Trump Nominee Expected to Seek Different Direction for EPA

Challenges and changes loom for the Environmental Protection Agency if the Trump Administration is to fulfill its campaign pledges.

By Patrick Crow

Challenges and changes loom for the Environmental Protection Agency if the Trump Administration is to fulfill its campaign pledges.

The administration’s initial hurdle will be to get Scott Pruitt installed as administrator of the 15,000-employee agency. Pruitt, currently Oklahoma’s attorney general, is an EPA critic, a fossil fuels advocate, and a climate change skeptic.

He has joined with other state attorneys general in lawsuits challenging EPA’s Clean Power Plan, which targets emissions from coal-fueled power plants, and the Clean Water Rule extending federal jurisdiction over wetlands and streams.

The President-elect opposed both regulations. Like Trump, Pruitt also questions EPA’s assertions that greenhouse gas emissions have increased global warming.

Pruitt has stated, “Reasonable minds can disagree about the science behind global warming, and disagree they do.”

Sen. John Barrasso (R-Wyo.), who will chair the Environment and Public Works Committee’s confirmation hearings for Pruitt, said the nominee would “bring balance to vital environmental stewardship.” Sen. Sheldon Whitehouse (D-R.I.) said Pruitt’s record “shows disdain for the EPA’s mission and ignorance of its importance.”

Environmental groups have been even harsher. Fred Krupp, president of the Environmental Defense Fund, said, “Scott Pruitt has built his political career by trying to undermine EPA’s mission of environmental protection. He is a deeply troubling choice to head the agency that protects the clean air all Americans breathe and the clean water we drink.”

Pruitt would seem to have a numerical path for confirmation. Presidential nominees need 51 votes in the Senate, where Republicans now hold a 52-vote majority.

Although a critic of EPA rules, President-elect Trump has promised to protect clean air and water and develop a long-term plan to upgrade water infrastructure.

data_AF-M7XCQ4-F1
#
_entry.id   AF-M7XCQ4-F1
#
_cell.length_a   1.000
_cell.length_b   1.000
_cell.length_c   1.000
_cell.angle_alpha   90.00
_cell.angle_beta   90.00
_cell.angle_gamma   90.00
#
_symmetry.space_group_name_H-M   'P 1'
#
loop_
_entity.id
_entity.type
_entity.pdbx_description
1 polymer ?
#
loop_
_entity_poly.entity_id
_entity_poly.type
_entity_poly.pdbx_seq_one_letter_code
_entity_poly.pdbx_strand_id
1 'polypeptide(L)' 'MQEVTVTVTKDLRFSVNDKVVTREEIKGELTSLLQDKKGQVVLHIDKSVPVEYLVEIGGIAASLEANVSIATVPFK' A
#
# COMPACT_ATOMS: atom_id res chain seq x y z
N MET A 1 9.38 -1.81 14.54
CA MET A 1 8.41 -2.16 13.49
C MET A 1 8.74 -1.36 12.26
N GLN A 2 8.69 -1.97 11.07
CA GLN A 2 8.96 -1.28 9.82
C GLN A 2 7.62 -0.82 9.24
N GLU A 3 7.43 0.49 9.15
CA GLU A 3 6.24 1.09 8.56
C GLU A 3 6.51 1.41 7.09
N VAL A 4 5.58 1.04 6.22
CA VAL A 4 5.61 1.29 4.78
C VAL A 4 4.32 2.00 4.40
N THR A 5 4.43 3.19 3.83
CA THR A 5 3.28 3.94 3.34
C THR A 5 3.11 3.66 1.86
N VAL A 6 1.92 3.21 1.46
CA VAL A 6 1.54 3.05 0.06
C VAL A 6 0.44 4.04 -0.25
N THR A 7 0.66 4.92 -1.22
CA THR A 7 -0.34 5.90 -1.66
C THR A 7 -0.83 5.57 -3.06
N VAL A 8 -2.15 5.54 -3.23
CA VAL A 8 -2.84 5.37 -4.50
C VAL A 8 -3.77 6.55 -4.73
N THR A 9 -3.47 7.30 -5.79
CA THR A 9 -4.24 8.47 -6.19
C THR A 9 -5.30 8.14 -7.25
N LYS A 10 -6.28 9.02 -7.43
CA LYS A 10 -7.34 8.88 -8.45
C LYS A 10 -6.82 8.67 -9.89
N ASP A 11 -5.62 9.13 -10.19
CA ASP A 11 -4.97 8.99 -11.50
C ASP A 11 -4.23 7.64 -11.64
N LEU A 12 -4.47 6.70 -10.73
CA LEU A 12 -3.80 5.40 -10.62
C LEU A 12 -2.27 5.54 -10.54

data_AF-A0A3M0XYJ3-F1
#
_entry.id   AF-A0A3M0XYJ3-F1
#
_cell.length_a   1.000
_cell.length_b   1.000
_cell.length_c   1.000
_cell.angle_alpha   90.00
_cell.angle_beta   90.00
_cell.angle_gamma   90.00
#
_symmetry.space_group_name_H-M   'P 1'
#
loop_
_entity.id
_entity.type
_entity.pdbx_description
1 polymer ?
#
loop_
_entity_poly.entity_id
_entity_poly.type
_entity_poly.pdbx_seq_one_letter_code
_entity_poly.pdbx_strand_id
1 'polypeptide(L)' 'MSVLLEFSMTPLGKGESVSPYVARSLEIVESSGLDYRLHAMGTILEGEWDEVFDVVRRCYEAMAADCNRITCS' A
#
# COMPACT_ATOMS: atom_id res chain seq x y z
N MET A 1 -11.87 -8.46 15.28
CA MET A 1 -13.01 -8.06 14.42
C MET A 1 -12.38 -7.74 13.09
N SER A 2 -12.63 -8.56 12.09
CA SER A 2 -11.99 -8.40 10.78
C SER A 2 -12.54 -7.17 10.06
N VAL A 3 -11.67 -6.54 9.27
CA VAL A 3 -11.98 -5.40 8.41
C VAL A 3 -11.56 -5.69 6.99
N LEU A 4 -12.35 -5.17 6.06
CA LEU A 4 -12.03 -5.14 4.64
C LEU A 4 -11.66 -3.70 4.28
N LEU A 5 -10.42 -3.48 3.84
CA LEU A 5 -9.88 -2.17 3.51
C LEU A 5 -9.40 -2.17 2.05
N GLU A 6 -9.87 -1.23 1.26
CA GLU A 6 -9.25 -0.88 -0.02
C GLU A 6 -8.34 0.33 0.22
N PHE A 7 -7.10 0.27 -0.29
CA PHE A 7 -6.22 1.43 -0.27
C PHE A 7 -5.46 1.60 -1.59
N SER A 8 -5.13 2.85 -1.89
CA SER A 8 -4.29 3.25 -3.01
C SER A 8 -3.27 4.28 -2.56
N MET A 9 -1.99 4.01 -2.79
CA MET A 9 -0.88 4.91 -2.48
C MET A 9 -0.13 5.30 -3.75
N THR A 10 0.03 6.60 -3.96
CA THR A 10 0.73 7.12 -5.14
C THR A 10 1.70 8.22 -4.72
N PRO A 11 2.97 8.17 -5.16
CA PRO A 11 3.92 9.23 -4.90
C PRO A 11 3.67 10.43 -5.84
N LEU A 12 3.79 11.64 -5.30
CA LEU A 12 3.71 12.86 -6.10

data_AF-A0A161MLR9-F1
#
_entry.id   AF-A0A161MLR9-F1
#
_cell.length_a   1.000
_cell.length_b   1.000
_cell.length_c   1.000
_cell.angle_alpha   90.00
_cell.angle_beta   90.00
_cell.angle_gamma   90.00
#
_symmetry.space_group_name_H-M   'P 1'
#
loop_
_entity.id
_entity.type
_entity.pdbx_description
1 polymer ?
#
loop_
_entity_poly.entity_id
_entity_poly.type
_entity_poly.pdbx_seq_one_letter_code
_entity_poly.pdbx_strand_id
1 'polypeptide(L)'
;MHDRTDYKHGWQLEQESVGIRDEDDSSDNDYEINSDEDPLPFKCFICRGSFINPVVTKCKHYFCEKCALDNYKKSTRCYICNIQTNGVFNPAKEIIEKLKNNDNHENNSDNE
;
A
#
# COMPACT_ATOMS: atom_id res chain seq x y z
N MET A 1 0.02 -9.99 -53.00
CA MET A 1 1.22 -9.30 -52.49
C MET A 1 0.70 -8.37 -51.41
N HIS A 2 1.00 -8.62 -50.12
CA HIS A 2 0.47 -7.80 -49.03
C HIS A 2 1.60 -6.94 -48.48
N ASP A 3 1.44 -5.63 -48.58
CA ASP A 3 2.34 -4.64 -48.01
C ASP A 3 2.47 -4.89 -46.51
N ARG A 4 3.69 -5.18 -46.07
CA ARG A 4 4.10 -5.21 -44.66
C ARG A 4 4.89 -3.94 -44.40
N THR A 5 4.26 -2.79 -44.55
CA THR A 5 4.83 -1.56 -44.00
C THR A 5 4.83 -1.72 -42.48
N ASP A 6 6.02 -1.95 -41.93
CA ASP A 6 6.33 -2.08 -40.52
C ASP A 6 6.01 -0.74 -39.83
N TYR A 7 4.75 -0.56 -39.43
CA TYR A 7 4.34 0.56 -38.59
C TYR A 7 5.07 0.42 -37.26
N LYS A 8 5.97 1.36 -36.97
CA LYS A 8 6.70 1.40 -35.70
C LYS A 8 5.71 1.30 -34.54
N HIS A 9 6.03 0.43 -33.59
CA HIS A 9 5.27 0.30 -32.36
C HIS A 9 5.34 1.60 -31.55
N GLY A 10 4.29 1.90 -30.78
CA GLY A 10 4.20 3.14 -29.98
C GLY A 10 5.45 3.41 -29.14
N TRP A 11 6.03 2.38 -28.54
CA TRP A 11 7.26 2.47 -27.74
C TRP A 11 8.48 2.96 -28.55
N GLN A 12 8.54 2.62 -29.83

Ten water associations were quick to urge Trump to make drinking water and wastewater a priority. They were: the American Water Works Association, the Association of Metropolitan Water Agencies, the National Association of Clean Water Agencies, the National Association of Water Companies, the U.S. Water Alliance, the Water Environment Federation, the Water Environment & Reuse Foundation, the WateReuse Association, the Water Research Foundation, and the Water and Wastewater Equipment Manufacturers Association.

They said, “Many parts of the country face severe water infrastructure challenges. The EPA has estimated that a minimum of $271 billion in wastewater infrastructure investment and $384 billion in drinking water infrastructure investment is needed over the next 20 years to maintain our current systems.”

Citing a 2014 water industry report on the fiscal fallout from water improvement projects, the groups said, “Investment in water is one of the best bets we can make in terms of fueling economic growth.”

Congress Passes WRDA in Final Hours of Lame Duck Session

In typical Lame Duck Session brinksmanship, the 114th Congress passed the Water Resources Development Act (WRDA) in its final hours.

WRDA authorizes the funding of nearly $12 billion in politically-popular Army Corps of Engineers construction projects to improve navigation, flood control, dam safety, and such.

A House-Senate conference committee merged WRDA into a House bill, the Water Infrastructure Improvements for the Nation (WIIN) Act, which Congress passed.

For the troubled Flint, Mich., water system, the bill authorizes the appropriation of $170 million through the Drinking Water State Revolving Fund (SRF), plus additional grants for lead pipe replacements.

It authorizes $60 million per year until 2021 (with applicants providing 45 percent) to help small or disadvantaged communities reduce lead in drinking water and replace lead service lines.

It approves a $100 million, 5-year program to help schools and childcare centers test their drinking water for lead; amends the Water Infrastructure Finance and Innovation Act to allow application fees to be rolled into loans; and extends “Buy American” iron and steel mandates in Drinking Water SRF loans.

About the Author: Patrick Crow covered the U.S. Congress and federal agencies for 21 years as a reporter for industry magazines. He has reported on water issues for the past 15 years. Crow is now an Austin, Texas-based freelance writer.

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